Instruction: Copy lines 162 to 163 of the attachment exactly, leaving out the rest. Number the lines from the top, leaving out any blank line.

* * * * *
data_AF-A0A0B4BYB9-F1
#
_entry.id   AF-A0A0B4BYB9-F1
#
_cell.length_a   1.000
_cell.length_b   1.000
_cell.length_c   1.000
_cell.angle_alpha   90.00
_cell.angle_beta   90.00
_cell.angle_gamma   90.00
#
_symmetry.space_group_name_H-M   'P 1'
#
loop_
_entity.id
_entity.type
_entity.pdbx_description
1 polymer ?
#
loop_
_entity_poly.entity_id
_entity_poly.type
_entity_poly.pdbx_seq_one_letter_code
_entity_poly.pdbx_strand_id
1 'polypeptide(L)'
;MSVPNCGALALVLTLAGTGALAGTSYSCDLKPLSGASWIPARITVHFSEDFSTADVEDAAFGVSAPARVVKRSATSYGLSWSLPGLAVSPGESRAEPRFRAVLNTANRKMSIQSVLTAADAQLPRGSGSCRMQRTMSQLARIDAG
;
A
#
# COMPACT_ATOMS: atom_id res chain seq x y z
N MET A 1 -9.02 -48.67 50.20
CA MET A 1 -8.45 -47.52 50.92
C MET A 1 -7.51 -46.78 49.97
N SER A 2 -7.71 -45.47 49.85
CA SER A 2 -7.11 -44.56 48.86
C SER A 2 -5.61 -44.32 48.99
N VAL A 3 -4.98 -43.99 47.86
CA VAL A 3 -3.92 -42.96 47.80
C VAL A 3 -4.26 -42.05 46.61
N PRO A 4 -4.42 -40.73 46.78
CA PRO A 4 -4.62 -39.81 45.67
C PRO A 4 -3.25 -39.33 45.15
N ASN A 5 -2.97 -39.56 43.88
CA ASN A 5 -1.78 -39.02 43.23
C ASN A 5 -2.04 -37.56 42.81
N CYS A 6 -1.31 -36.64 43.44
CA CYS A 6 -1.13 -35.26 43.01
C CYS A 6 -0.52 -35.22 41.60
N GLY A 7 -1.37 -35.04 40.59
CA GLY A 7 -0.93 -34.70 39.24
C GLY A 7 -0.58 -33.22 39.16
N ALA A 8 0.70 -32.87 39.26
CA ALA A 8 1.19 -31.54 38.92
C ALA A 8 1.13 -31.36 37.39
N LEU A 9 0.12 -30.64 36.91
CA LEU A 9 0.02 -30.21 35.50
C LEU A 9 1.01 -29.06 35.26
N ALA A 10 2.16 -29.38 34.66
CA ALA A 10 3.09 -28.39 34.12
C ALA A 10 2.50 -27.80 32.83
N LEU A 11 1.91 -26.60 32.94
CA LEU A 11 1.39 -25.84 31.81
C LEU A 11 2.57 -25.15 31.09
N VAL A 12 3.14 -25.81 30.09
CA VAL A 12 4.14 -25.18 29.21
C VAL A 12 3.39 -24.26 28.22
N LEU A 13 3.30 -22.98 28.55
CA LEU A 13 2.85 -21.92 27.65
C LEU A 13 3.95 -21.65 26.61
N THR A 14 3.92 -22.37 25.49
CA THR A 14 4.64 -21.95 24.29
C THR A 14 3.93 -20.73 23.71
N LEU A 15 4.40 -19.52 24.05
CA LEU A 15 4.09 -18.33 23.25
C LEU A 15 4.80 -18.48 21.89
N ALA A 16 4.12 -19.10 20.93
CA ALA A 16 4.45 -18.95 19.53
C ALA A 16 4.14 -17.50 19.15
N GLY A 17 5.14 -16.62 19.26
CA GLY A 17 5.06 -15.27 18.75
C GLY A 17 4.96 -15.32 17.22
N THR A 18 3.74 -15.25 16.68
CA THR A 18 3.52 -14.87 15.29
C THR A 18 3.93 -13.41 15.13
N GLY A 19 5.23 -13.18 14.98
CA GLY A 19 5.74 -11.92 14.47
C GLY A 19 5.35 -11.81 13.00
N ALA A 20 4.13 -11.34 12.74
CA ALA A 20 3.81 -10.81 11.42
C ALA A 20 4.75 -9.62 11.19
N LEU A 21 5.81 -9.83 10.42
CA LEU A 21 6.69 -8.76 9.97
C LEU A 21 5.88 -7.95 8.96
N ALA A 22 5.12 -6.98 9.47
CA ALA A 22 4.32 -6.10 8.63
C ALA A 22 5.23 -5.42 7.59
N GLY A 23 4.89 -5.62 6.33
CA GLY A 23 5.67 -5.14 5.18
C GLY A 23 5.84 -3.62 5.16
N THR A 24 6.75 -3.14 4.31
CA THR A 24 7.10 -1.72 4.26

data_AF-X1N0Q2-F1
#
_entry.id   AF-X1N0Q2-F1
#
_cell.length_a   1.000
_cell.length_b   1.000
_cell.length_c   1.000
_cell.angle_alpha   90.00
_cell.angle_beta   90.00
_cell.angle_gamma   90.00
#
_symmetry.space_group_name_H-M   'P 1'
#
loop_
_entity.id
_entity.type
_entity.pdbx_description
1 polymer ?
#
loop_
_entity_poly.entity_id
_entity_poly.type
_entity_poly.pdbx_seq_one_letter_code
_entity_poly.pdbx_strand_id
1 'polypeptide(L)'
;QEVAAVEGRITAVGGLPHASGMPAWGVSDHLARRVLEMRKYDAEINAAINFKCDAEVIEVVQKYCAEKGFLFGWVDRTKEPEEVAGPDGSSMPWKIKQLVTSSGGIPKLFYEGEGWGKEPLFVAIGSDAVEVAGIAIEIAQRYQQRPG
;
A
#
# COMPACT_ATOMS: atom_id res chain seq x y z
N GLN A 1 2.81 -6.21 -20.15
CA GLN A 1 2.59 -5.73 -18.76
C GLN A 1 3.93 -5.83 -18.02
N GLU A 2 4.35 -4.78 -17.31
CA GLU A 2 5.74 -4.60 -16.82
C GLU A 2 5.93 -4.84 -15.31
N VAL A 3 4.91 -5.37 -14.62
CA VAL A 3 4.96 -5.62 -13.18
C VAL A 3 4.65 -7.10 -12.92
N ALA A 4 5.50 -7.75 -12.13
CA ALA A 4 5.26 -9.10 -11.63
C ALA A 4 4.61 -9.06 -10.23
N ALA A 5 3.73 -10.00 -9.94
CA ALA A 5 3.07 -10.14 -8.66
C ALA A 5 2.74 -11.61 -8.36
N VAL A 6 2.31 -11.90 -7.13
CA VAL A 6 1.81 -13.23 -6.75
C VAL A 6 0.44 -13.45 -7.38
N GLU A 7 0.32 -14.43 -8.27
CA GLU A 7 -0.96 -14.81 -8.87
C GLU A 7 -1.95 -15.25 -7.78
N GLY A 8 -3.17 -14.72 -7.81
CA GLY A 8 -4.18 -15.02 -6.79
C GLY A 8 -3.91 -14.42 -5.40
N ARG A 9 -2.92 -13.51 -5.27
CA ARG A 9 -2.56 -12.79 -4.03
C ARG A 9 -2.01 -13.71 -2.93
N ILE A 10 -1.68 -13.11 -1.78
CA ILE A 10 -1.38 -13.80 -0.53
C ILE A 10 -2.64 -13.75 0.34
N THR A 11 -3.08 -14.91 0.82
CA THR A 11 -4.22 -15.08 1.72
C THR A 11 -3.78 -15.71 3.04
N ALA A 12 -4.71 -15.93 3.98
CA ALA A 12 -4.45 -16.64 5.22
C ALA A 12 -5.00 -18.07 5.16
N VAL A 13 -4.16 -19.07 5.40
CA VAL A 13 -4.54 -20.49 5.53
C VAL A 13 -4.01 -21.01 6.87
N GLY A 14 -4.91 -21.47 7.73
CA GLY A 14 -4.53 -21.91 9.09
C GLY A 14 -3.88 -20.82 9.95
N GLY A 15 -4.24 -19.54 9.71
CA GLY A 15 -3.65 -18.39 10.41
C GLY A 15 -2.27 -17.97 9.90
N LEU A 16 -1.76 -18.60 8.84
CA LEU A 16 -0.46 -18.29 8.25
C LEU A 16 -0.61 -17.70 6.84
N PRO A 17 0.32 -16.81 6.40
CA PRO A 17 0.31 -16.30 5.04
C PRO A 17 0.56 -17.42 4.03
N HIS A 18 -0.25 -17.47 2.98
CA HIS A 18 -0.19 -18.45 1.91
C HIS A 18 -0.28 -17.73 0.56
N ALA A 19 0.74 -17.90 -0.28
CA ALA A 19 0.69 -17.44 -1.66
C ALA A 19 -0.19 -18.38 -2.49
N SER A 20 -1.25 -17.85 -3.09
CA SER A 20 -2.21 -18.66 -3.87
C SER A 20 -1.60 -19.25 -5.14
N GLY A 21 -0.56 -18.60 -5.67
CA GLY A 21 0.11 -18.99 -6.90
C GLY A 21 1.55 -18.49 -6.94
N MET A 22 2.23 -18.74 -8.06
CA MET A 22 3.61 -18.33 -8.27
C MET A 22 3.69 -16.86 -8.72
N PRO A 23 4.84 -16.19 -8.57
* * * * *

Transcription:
N THR A 11 -3.08 -14.91 0.82
CA THR A 11 -4.22 -15.08 1.72